[Bitcoin-development] Assurance contracts to fund the network with OP_CHECKLOCKTIMEVERIFY

Tier Nolan tier.nolan at gmail.com
Fri May 8 14:15:05 UTC 2015


Just to clarify the process.

Pledgers create transactions using the following template and broadcast
them.  The p2p protocol could be modified to allow this, or it could be a
separate system.


*Input: 0.01 BTC*


*Signed with SIGHASH_ANYONE_CAN_PAY*

*Output 50BTC*

*Paid to: <1 million> OP_CHECKLOCKTIMEVERIFY OP_TRUE*


*Output 0.01BTC*

*Paid to OP_TRUE*
This transaction is invalid, since the inputs don't pay for the output.
The advantage of the sighash "anyone can pay" field is that other people
can add additional inputs without making the signature invalid.  Normally,
any change to the transaction would make a signature invalid.

Eventually, enough other users have added pledges and a valid transaction
can be broadcast.


*Input: 0.01 BTC*

*Signed with SIGHASH_ANYONE_CAN_PAY*

*Input: 1.2 BTCSigned with SIGHASH_ANYONE_CAN_PAY*


*Input: 5 BTCSigned with SIGHASH_ANYONE_CAN_PAY*

*<etc>*





*Input: 1.3 BTCSigned with SIGHASH_ANYONE_CAN_PAYOutput 50BTC*
*Paid to: <1 million> OP_CHECKLOCKTIMEVERIFY OP_TRUE*

*Output 0.01BTC**Paid to OP_TRUE*

This transaction can be submitted to the main network.  Once it is included
into the blockchain, it is locked in.

In this example, it might be included in block 999,500.  The 0.01BTC output
(and any excess over 50BTC) can be collected by the block 999,500 miner.

The OP_CHECKLOCKTIMEVERIFY opcode means that the 50BTC output cannot be
spent until block 1 million.  Once block 1 million arrives, the output is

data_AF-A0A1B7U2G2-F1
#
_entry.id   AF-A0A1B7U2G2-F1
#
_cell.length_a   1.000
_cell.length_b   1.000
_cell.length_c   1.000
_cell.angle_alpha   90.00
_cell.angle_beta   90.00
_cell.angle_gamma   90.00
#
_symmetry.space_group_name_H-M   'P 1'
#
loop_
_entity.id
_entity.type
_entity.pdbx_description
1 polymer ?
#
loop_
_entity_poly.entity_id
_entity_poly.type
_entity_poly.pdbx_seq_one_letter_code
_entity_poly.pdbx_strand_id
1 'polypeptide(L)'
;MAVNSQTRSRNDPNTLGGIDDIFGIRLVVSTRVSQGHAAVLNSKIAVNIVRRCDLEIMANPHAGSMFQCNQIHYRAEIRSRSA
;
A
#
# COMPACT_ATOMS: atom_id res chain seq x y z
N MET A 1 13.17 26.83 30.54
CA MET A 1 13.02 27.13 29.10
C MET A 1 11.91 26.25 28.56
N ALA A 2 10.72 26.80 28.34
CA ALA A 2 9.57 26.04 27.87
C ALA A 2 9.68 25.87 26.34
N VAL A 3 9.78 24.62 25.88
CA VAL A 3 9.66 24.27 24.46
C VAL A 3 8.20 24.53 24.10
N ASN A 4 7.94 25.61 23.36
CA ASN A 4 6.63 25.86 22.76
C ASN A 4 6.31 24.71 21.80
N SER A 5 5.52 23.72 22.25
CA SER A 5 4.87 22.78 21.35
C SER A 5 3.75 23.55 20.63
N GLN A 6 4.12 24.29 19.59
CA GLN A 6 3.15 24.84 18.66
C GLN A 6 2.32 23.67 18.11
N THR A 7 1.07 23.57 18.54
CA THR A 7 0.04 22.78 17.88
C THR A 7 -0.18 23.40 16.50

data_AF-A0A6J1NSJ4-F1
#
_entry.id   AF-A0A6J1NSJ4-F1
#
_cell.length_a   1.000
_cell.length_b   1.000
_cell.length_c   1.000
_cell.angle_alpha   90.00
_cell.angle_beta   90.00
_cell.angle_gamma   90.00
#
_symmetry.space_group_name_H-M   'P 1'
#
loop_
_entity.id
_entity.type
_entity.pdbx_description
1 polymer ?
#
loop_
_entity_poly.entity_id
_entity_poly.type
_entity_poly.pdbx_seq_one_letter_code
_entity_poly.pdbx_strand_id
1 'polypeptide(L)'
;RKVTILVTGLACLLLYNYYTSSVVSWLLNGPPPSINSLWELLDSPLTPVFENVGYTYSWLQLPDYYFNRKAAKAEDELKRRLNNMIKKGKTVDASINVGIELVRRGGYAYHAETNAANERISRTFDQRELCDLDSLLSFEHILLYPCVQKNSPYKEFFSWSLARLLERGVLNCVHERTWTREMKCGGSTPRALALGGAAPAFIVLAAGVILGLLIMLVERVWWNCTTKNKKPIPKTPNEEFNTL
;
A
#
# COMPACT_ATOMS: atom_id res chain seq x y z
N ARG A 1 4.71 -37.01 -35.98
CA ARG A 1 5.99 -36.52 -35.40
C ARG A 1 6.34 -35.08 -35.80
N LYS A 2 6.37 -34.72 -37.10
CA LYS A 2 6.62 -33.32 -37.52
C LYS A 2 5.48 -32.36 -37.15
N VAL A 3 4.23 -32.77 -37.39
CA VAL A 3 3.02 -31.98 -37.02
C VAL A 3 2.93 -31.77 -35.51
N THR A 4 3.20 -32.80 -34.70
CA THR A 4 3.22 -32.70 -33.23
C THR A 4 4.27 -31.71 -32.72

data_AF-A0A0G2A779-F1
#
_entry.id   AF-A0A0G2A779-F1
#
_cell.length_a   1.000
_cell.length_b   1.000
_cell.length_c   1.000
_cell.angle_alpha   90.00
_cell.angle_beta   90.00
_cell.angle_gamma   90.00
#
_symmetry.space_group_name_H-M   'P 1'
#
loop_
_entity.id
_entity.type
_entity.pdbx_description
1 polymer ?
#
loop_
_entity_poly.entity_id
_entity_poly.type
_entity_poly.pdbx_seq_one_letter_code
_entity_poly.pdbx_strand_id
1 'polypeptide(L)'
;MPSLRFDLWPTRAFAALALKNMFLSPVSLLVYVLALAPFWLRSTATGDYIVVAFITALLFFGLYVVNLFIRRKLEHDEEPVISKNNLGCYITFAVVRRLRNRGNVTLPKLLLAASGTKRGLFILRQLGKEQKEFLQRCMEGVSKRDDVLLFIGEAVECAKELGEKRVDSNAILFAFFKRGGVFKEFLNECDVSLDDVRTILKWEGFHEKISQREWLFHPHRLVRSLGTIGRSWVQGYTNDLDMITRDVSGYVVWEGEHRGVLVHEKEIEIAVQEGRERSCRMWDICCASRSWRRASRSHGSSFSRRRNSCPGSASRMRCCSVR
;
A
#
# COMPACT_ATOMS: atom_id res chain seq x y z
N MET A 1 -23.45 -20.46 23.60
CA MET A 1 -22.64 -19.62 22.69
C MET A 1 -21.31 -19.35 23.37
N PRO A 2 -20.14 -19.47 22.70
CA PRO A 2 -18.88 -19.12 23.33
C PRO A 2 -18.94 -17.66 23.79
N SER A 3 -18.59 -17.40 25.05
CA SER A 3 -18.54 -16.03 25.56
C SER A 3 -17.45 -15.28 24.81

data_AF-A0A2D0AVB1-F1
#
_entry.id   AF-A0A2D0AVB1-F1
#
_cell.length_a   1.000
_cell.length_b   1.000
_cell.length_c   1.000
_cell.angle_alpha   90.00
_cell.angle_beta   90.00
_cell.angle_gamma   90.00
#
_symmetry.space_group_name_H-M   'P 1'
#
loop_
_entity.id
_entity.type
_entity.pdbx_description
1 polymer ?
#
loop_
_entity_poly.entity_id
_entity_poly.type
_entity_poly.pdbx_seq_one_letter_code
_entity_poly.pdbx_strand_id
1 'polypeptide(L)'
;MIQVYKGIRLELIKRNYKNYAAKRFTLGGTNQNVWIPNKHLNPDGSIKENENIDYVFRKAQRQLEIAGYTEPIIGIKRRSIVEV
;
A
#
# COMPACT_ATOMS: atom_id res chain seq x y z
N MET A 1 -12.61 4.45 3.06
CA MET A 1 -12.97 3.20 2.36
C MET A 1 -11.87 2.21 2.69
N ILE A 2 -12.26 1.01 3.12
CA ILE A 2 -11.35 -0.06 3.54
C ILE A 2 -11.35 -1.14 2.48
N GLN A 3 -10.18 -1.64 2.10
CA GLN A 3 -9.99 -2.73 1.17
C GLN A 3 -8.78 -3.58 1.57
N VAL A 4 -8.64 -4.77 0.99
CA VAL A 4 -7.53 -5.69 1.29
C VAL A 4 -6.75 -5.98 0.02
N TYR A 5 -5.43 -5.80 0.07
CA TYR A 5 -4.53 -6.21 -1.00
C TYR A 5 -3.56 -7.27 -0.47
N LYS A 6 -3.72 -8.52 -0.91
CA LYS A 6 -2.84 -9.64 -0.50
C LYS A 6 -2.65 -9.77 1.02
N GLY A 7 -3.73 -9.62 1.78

completely unprotected.  This means that the miner who mines block 1
million can simply take it, by including his own transaction that sends it
to an address he controls.  It would be irrational to include somebody
else's transaction which spent it.

If by block 999,900, the transaction hasn't been completed (due to not
enough pledgers), the pledgers can spend the coin(s) that they were going
to use for their pledge.  This invalidates those inputs and effectively
withdraws from the pledge.

On Fri, May 8, 2015 at 11:01 AM, Benjamin <benjamin.l.cordes at gmail.com>
wrote:

> 2. "A merchant wants to cause block number 1 million to effectively
> have a minting fee of 50BTC." - why should he do that? That's the
> entire tragedy of the commons problem, no?
>

No, the pledger is saying that he will only pay 0.01BTC if the miner gets a
reward of 50BTC.

Imagine a group of 1000 people who want to make a donation of 50BTC to
something.  They all way that they will donate 0.05BTC, but only if
everyone else donates.

It still isn't perfect.  Everyone has an incentive to wait until the last
minute to pledge.
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